Scientists say a bacterium that’s spent the past 120,000 in a dormant state under more than three kilometres of glacial ice in Greenland could hold clues as to what life forms might exist on other planets.
The team of researchers from Pennsylvania State University describe the microbe — dubbed Herminiimonas glaciei — in the current issue of the International Journal of Systematic and Evolutionary Microbiology.
The team coaxed the dormant microbe back to life by first incubating their samples at 2˚C for seven months and then at 5˚C for a further four and a half months, after which colonies of very small purple-brown bacteria were seen.
H. glaciei is small even by bacterial standards — it is 10 to 50 times smaller than E coli. The researchers believe its small size probably helped it to survive in the liquid veins among ice crystals and the thin liquid film on their surfaces. Small cell size is considered to be advantageous for more efficient nutrient uptake, protection against predators and occupation of micro-niches, and it’s been shown that ultramicrobacteria are dominant in many soil and marine environments.
Most life on our planet has always consisted of microorganisms, so it is reasonable to consider that this might be true on other planets as well, the researchers say. Studying microorganisms living under extreme conditions on Earth may provide insight into what sorts of life forms could survive elsewhere in the solar system.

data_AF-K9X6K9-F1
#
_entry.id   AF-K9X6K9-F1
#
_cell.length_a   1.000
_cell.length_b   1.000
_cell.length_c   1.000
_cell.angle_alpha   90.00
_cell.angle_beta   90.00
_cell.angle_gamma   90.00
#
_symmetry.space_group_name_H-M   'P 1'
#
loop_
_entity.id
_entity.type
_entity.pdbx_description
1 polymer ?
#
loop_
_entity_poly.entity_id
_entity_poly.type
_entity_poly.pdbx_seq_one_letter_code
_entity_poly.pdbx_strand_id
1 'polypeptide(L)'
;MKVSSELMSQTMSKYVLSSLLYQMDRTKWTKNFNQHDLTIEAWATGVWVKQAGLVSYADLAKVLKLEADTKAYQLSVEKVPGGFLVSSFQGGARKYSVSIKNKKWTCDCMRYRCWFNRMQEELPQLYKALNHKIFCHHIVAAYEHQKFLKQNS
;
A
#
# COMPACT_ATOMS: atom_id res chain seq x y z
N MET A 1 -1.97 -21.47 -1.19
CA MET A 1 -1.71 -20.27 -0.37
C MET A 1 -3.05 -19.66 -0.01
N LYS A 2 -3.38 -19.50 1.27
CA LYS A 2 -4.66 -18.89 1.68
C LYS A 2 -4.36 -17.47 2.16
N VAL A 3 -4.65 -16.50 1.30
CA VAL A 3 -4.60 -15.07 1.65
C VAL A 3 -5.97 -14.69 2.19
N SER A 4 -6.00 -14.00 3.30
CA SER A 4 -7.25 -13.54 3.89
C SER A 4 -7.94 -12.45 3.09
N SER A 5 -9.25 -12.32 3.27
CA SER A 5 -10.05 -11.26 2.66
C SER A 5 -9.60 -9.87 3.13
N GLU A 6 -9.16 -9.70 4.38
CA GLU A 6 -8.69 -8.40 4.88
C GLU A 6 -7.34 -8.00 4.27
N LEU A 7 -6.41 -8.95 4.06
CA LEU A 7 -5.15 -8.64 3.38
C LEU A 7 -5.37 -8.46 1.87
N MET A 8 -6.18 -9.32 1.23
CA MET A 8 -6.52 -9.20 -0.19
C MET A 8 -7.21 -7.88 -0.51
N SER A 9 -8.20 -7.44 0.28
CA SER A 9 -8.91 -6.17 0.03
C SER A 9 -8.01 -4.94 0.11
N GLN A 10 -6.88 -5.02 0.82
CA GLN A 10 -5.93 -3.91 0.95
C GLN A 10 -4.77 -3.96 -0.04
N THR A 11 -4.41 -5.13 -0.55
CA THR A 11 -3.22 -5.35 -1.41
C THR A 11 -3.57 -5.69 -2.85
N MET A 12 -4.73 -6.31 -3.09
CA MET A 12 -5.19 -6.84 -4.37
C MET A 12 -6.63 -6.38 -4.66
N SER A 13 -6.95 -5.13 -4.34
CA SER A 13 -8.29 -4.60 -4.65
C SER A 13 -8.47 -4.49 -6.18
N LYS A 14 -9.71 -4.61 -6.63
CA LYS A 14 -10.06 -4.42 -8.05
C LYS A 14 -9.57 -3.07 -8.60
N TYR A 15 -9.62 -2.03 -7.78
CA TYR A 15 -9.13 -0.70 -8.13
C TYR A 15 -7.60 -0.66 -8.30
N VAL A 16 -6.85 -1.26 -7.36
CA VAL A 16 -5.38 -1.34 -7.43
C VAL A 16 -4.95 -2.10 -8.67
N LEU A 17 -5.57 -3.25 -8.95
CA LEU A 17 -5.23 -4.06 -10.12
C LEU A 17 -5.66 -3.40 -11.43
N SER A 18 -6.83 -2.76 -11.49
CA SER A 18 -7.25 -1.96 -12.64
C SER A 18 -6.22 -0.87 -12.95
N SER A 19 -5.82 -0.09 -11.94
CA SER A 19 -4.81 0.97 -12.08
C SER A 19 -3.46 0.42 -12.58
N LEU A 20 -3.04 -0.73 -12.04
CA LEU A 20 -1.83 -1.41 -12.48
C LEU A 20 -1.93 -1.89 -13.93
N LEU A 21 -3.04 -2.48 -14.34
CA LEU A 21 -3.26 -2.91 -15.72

“These extremely cold environments are the best analogues of possible extraterrestrial habitats”, said researcher Jennifer Loveland-Curtze. “The exceptionally low temperatures can preserve cells and nucleic acids for even millions of years. H. glaciei is one of just a handful of officially described ultra-small species and the only one so far from the Greenland ice sheet; studying these bacteria can provide insights into how cells can survive and even grow under extremely harsh conditions, such as temperatures down to -56˚C, little oxygen, low nutrients, high pressure and limited space.”
She continued, “H. glaciei isn’t a pathogen and is not harmful to humans, but it can pass through a 0.2 micron filter, which is the filter pore size commonly used in sterilization of fluids in laboratories and hospitals. If there are other ultra-small bacteria that are pathogens, then they could be present in solutions presumed to be sterile. In a clear solution very tiny cells might grow but not create the density sufficient to make the solution cloudy.”